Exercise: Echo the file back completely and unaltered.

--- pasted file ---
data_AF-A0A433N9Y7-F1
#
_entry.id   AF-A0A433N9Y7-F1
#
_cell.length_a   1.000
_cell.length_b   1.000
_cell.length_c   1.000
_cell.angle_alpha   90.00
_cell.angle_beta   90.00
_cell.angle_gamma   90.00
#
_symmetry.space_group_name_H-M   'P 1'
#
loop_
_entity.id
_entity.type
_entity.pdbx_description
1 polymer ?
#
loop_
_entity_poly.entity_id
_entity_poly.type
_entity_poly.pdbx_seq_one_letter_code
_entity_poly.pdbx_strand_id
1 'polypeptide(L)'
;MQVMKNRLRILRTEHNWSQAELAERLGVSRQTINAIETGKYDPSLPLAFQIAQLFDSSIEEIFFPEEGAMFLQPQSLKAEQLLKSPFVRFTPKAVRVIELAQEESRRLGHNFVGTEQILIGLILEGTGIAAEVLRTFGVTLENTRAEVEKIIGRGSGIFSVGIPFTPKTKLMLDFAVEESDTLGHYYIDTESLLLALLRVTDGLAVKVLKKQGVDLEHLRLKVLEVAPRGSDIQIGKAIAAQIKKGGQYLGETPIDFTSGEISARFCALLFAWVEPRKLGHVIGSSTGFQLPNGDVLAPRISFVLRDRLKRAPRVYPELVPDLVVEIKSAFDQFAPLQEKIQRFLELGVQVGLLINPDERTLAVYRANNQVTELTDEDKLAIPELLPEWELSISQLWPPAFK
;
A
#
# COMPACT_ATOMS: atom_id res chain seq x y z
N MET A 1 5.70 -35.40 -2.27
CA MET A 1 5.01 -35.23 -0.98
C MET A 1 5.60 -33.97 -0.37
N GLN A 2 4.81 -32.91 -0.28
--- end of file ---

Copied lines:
data_AF-A0A433N9Y7-F1
#
_entry.id   AF-A0A433N9Y7-F1
#
_cell.length_a   1.000
_cell.length_b   1.000
_cell.length_c   1.000
_cell.angle_alpha   90.00
_cell.angle_beta   90.00
_cell.angle_gamma   90.00
#
_symmetry.space_group_name_H-M   'P 1'
#
loop_
_entity.id
_entity.type
_entity.pdbx_description
1 polymer ?
#
loop_
_entity_poly.entity_id
_entity_poly.type
_entity_poly.pdbx_seq_one_letter_code
_entity_poly.pdbx_strand_id
1 'polypeptide(L)'
;MQVMKNRLRILRTEHNWSQAELAERLGVSRQTINAIETGKYDPSLPLAFQIAQLFDSSIEEIFFPEEGAMFLQPQSLKAEQLLKSPFVRFTPKAVRVIELAQEESRRLGHNFVGTEQILIGLILEGTGIAAEVLRTFGVTLENTRAEVEKIIGRGSGIFSVGIPFTPKTKLMLDFAVEESDTLGHYYIDTESLLLALLRVTDGLAVKVLKKQGVDLEHLRLKVLEVAPRGSDIQIGKAIAAQIKKGGQYLGETPIDFTSGEISARFCALLFAWVEPRKLGHVIGSSTGFQLPNGDVLAPRISFVLRDRLKRAPRVYPELVPDLVVEIKSAFDQFAPLQEKIQRFLELGVQVGLLINPDERTLAVYRANNQVTELTDEDKLAIPELLPEWELSISQLWPPAFK
;
A
#
# COMPACT_ATOMS: atom_id res chain seq x y z
N MET A 1 5.70 -35.40 -2.27
CA MET A 1 5.01 -35.23 -0.98
C MET A 1 5.60 -33.97 -0.37
N GLN A 2 4.81 -32.91 -0.28